At this point, we’ve gotten into names that are merely interesting to keep in mind. Chances are, a handful of these players will get picked in the first round, while a handful of others won’t get drafted at all; the rest will be sprinkled somewhere in between.

Rank Player Pos Age Height Nat. League GP G A P 5v5 Pts SEAL INV% 5v5 Pr INV% 5v5 ePr60 Pro Impact ProAX Sh/GP Sh% eTOI GF% GF%rel GF60 rel GA60 rel XLS% Top XLS% XPR
38 Dylan Peterson C 16.68 6.04 USA USHL 31 3 8 11 8 0.00 15% 14% 0.82 -0.27 -0.40 1.45 7% 12.8 31% -2.4% 0.13 0.72 6% 4% 39.8
39 Ryan O’Rourke D 16.33 6.02 CAN OHL 62 8 14 22 14 0.50 8% 7% 1.05 -0.31 -0.25 0.89 15% 12.8 56% -1.8% -0.79 -0.41 18% 10% 27.8
40 Rhett Rhinehart D 16.80 6.03 CAN WHL 68 5 19 24 14 0.46 16% 9% 0.49 -0.08 0.25 1.84 4% 14.4 40% 1.1% 0.06 -0.04 25% 11% 24.6
41 Ozzy Wiesblatt RW 16.52 5.10 CAN WHL 64 15 24 39 30 0.77 14% 11% 1.74 0.65 -0.11 1.67 14% 11.2 70% 3.9% 0.28 -0.22 19% 7% 32.6
42 Kaiden Guhle D 16.66 6.03 CAN WHL 65 3 14 17 9 0.35 6% 3% 0.60 0.59 -0.02 1.14 4% 11.7 62% -7.1% -1.51 -0.17 14% 4% 23.1
43 Patrick Guay LW/C 16.38 5.09 CAN QMJHL 54 18 18 36 22 0.92 18% 14% 1.37 -0.39 -0.51 2.33 14% 13.3 43% -9.4% -0.20 0.98 11% 6% 42.7
44 Brandon Coe RW 16.79 6.03 CAN OHL 65 17 20 37 29 0.69 17% 14% 1.25 -0.66 -0.41 1.60 16% 13.2 41% -6.0% 0.05 0.96 16% 6% 36.3
45 Aidan Prueter C 16.73 5.10 CAN OHL 66 12 26 38 30 0.69 15% 10% 1.13 -0.35 -0.27 2.26 8% 13.2 45% -8.5% -0.26 0.80 14% 5% 38.1
46 Ridly Greig F 16.10 5.11 CAN WHL 63 14 21 35 28 0.79 17% 17% 1.58 0.22 0.36 1.97 11% 12.3 53% 4.9% 0.61 0.03 22% 8% 37.0
47 Antonio Stranges C/LW 16.61 5.10 USA OHL 66 13 21 34 28 0.69 12% 12% 1.92 0.21 0.26 1.76 11% 11.0 59% 1.7% -0.13 -0.27 16% 5% 37.3
48 Connor McClennon F 16.22 5.09 CAN WHL 46 14 15 29 19 0.92 23% 22% 1.83 0.06 0.31 2.52 12% 12.4 39% 1.2% 0.42 0.46 13% 5% 31.6
49 Helge Grans D 16.32 6.02 SWE Superelit 34 5 12 17 5 0.16 20% 14% 0.24 0.21 0.13 0.00 0% 14.2 33% -9.2% -0.05 0.59 15% 6% 20.3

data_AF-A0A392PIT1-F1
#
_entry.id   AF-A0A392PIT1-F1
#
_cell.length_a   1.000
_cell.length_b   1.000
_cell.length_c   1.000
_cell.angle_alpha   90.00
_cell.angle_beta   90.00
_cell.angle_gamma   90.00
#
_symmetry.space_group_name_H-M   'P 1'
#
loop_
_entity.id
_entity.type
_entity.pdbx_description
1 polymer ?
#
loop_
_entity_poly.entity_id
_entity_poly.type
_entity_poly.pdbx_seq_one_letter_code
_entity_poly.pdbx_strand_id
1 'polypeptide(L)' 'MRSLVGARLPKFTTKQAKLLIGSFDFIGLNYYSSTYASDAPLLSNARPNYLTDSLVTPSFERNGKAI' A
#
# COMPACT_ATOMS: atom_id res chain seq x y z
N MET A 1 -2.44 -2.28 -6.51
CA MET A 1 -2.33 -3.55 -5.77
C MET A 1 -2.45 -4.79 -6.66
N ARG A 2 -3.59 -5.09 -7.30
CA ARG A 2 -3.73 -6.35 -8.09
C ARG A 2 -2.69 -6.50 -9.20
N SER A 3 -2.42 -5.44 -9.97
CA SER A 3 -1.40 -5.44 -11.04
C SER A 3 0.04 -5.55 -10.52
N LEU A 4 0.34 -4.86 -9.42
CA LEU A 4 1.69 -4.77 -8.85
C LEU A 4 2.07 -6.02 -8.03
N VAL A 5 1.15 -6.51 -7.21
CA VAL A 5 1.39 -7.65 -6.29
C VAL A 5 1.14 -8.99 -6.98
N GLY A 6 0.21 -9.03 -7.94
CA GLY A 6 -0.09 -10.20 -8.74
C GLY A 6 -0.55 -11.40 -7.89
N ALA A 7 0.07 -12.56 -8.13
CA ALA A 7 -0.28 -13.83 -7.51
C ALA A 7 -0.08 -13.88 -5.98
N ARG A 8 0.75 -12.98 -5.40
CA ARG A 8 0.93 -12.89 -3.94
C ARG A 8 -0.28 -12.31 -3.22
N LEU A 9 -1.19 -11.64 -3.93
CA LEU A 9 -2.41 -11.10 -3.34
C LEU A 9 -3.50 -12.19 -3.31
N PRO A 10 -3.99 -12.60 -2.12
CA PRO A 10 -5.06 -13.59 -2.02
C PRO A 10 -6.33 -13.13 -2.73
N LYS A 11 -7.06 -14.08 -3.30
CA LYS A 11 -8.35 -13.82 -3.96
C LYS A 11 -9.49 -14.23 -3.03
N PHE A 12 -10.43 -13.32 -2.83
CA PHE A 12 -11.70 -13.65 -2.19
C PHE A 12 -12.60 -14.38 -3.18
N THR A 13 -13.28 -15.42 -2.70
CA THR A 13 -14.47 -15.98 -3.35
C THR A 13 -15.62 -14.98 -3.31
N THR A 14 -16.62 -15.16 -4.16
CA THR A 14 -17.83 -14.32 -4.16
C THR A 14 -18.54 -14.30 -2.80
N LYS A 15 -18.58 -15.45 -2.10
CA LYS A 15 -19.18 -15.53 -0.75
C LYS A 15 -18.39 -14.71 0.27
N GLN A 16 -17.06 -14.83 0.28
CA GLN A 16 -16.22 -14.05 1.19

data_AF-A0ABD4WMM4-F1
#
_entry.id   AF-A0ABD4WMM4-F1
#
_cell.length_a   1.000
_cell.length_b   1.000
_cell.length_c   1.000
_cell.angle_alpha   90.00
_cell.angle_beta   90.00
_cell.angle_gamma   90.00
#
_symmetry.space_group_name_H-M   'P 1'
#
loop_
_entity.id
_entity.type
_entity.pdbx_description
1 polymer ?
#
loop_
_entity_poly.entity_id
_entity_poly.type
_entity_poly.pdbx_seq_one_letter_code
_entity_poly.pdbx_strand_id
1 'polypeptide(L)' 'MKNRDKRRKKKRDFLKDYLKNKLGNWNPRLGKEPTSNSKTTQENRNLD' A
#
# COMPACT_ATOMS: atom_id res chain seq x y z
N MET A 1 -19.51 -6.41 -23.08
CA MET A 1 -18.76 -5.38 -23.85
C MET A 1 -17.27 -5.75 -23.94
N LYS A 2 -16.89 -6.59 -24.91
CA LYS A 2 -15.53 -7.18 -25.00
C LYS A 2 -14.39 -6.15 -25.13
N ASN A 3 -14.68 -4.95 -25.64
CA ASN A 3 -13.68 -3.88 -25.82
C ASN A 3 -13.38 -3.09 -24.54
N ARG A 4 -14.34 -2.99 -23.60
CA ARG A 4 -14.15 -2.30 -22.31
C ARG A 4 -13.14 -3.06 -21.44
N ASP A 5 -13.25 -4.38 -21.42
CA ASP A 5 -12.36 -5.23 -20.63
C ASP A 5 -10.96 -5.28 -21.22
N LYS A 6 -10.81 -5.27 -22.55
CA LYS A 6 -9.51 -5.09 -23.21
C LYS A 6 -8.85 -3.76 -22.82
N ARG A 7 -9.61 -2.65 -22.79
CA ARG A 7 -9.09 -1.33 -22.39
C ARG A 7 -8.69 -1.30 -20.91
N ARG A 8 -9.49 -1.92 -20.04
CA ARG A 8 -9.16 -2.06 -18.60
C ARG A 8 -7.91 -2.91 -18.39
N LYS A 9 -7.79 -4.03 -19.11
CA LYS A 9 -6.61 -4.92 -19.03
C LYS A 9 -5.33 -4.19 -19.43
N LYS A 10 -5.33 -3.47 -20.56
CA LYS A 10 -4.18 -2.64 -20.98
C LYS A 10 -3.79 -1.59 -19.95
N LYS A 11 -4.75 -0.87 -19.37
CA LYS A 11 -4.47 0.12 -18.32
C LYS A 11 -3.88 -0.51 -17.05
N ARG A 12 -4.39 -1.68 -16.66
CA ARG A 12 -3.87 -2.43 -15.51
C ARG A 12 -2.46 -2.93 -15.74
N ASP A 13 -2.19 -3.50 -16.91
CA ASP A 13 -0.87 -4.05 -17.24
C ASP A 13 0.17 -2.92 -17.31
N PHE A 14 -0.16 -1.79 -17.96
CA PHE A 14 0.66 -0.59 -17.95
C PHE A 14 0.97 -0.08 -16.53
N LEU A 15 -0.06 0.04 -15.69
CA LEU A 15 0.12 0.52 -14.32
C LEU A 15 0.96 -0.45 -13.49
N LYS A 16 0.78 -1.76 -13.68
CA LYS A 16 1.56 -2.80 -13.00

50 Vasili Ponomaryov F 16.51 5.10 RUS MHL 37 9 20 29 0 0.00 0% 0% 0.00 0.00 0.00 0.00 0% 0.0 0% 0.0% 0.00 0.00 8% 8% 77.9
51 Kasper Simontaival F 16.68 5.09 FIN Liiga 5 0 2 2 2 1.50 13% 15% 1.57 -0.52 0.21 0.00 0% 9.2 40% -12.4% -0.80 0.80 49% 24% 45.8
52 Tyler Kleven D 16.68 6.04 USA USHL 31 2 1 3 1 0.13 4% 2% 0.15 0.24 -0.51 1.48 4% 14.0 23% -14.0% -0.95 0.43 13% 6% 24.6
53 Mitchell Miller D 16.74 5.11 USA USHL 48 4 12 16 10 0.48 11% 10% 0.89 0.15 0.64 1.71 5% 11.4 55% 7.4% 0.26 -0.36 20% 9% 24.6
54 Samuel Eriksson C/LW 18.98 6.01 SWE SHL 0 0 0 0 0 0.00 0% 0% 0.00 0.00 0.00 0.00 0% 0.0 0% 0.0% 0.00 0.00 0% 0% 0.0
55 Cameron Butler RW 16.27 6.04 CAN OHL 64 18 8 26 20 0.55 12% 12% 1.62 0.01 0.01 1.63 17% 11.0 51% 1.8% -0.09 -0.31 20% 8% 34.4
56 Ben King F 16.34 6.01 CAN WHL 48 5 21 26 20 0.69 28% 17% 1.05 0.43 0.69 2.23 5% 12.2 43% 17.2% 1.19 -0.66 20% 7% 32.0
57 Eamon Powell D 16.35 5.11 USA USHL 34 4 9 13 8 0.56 16% 9% 0.46 -0.11 0.48 1.38 9% 15.2 33% 3.3% 0.23 -0.12 25% 13% 25.0
58 Owen Gallatin D 16.25 5.08 USA USHL 34 2 8 10 3 0.43 13% 6% 0.43 0.13 -0.17 0.97 6% 13.6 34% 4.1% 0.00 -0.73 24% 7% 23.7
59 Hayden Fowler C 16.98 5.10 CAN OHL 25 8 10 18 16 0.94 23% 22% 1.66 -0.10 -0.11 1.76 18% 15.5 50% 7.7% 1.45 0.57 16% 6% 40.5
60 Jake Neighbours LW 16.47 5.11 CAN WHL 47 11 13 24 12 0.66 13% 9% 1.51 -0.63 -0.36 1.66 14% 9.8 56% -5.3% -0.85 -0.14 17% 6% 32.3
61 Ruben Rafkin D 16.68 5.11 FIN USHL 38 2 8 10 8 0.38 8% 6% 0.58 0.02 0.02 0.84 6% 14.0 57% -1.9% -0.20 0.02 18% 7% 23.8
62 Jake Sanderson D 16.19 6.01 USA USHL 22 2 5 7 3 0.43 14% 8% 0.39 -0.26 -0.04 2.14 4% 14.1 17% -15.2% -0.94 0.74 18% 9% 27.5
63 Jacob Truscott D 16.43 6.00 USA USHL 33 2 6 8 6 0.36 10% 6% 0.44 -0.39 0.21 1.42 4% 13.6 38% 7.6% 0.19 -0.91 17% 9% 24.8
64 Jack Thompson D 16.49 6.01 CAN OHL 52 6 10 16 9 0.41 8% 4% 0.68 0.10 0.22 1.58 7% 11.2 65% 4.9% -0.94 -0.98 16% 8% 25.5